The Grammarphobia Blog

Don’t know from etymology?

Q: I thought the faux-helpless “don’t know X from Y” phrase was supposed to be a comparison, as in “He don’t know his ass from his elbow.” But I now see it used where only one item is mentioned (“don’t know from X”). The Reader’s Digest website, for example, jokes that its employees were English majors and “don’t know from negatively charged dust particles.” Any comments?

A: This “don’t know X from Y” business is a lot older than you may think.

In fact, the first citation in the Oxford English Dictionary is from Cursor Mundi, a Middle English poem written around 1375: “Mony … knawes nought the gode fra the ille” (or, as we’d put it, “Many don’t know the good from the bad”).

However, most of the OED‘s early citations for this usage are positive, not negative, like this one from Shakespeare’s 1598 play The Merry Wives of Windsor: “We’ll teach him to know Turtles from Jays.”

In the 20th century, the negative construction became more common and often took on a vulgar sense, as in expressions like “He don’t know his arse from his elbow.”

The OED describes this usage as “a coarse expression suggestive of complete ignorance or innocence.”

The first citation for this sense, which uses “ears” instead of “arse,” is from Medal Without Bar, Richard Blaker’s 1930 novel about World War I.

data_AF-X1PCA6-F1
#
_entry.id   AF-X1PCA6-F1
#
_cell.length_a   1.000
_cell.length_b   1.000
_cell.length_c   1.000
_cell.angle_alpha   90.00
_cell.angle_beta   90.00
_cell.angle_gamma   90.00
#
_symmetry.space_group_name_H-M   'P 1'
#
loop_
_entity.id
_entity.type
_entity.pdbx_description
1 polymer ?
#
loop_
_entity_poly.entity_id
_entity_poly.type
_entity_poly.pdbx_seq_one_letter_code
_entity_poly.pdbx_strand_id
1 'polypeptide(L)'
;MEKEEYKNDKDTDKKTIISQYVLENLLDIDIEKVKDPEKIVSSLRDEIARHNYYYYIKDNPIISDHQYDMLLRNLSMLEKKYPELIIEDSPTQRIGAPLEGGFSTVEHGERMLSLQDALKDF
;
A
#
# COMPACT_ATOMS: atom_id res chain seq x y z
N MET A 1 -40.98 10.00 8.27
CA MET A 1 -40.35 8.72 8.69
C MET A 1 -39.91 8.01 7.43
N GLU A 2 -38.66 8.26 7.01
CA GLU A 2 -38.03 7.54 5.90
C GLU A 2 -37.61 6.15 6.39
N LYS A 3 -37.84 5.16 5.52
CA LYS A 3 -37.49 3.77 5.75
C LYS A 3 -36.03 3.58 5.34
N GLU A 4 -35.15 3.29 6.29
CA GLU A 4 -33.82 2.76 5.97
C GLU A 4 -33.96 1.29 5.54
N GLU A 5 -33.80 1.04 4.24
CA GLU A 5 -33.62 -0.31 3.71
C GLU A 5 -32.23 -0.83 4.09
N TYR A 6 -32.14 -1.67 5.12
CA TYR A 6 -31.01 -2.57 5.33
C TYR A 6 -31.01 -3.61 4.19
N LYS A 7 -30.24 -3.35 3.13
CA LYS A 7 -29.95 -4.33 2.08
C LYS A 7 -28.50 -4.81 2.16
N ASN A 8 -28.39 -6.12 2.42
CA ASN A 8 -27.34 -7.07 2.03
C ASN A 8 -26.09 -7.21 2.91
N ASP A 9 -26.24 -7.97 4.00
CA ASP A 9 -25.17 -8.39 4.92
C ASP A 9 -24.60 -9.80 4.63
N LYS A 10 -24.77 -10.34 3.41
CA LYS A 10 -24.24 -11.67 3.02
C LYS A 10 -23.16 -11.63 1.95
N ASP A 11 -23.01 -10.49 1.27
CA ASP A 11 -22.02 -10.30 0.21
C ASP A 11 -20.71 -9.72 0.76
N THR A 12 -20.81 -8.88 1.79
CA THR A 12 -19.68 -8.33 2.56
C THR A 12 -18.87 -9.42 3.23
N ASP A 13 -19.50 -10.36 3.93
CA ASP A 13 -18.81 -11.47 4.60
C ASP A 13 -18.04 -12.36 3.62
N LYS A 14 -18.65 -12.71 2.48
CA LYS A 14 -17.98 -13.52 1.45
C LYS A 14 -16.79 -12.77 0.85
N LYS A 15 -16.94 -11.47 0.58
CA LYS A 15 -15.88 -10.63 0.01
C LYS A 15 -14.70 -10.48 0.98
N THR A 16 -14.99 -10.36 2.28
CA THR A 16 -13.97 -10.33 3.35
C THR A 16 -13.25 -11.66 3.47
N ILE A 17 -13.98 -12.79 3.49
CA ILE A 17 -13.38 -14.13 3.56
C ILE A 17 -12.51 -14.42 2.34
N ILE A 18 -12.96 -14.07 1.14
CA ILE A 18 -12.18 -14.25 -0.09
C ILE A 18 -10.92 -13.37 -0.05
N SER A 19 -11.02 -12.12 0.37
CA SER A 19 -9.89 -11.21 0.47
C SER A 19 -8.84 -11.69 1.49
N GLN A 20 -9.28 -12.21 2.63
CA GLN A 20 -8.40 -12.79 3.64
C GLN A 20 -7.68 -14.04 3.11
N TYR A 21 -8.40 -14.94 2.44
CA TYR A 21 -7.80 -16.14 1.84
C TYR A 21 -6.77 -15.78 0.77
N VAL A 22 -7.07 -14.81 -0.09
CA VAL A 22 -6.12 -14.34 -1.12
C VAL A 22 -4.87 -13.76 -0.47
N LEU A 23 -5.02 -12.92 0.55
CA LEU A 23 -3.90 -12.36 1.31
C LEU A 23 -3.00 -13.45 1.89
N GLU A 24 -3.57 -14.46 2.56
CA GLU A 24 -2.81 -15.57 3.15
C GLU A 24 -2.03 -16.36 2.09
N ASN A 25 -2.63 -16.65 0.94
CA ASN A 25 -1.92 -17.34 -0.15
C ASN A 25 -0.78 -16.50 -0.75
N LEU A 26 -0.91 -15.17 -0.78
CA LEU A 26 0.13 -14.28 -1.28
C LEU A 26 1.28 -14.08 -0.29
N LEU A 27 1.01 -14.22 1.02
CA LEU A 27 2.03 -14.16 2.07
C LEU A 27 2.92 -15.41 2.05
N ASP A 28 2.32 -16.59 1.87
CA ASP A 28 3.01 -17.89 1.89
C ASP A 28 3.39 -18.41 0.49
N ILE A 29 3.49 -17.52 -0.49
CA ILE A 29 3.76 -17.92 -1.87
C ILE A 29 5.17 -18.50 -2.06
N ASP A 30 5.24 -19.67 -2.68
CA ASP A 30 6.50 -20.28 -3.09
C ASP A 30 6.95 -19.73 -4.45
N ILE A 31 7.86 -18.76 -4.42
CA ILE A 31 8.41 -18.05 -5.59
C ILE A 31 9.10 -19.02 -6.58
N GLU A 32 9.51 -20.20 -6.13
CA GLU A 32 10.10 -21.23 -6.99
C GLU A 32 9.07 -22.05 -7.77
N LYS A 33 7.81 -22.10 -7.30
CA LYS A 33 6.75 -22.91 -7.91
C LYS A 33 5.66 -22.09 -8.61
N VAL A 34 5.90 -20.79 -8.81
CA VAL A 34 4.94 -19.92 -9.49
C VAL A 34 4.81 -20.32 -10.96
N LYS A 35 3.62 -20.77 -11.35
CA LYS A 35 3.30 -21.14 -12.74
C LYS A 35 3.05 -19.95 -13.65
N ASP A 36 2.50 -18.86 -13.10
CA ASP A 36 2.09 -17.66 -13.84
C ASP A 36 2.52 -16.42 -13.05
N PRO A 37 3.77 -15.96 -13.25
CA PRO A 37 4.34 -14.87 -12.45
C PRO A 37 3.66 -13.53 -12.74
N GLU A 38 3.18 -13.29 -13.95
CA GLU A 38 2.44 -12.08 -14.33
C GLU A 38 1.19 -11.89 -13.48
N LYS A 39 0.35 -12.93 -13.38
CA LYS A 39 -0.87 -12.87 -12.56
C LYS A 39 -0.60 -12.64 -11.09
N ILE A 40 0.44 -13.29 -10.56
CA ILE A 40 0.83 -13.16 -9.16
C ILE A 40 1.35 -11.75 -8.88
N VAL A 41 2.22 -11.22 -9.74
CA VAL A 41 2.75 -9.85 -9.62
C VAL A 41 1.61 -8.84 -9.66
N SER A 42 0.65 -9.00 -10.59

In the book, an enlisted man says none “of us knows ‘is ears from ‘is elbow when it comes to learning like you orficers have got up your sleeves.”

A few years later, two new versions of the expression evolved in the US – this time without the comparison: “know from nothing” and “don’t know from nothing.”

The OED’s first comparison-less citation is from a 1936 issue of Mademoiselle: “I find I belong to the wrong gender to take part in such confabulations, and know from nothing.”

Some language scholars have suggested that these two newer usages were derived from or influenced by similar constructions in Yiddish.

Julius G. Rothenberg cites the double negative version in “Some American Idioms from the Yiddish,” a 1943 article in the journal American speech.

The Jewish Language Research Website, a linguistic site devoted to languages spoken by Jews, says one of the Yiddish idiomatic constructions seen in colloquial English is the “pattern I don’t know from___ (ikh veys nit fun___).”

The Yiddish language maven Leo Rosten, in his book The Joys of Yinglish, says “the ungrammatical substitution of from for about or of” in an English sentence like “What do I know from investments?” is “Bronxian Yinglish” derived from the Yiddish Vos vays ikh fun.

I would describe the usage as idiomatic rather than ungrammatical, but who am I to argue with Rosten about Yinglish?

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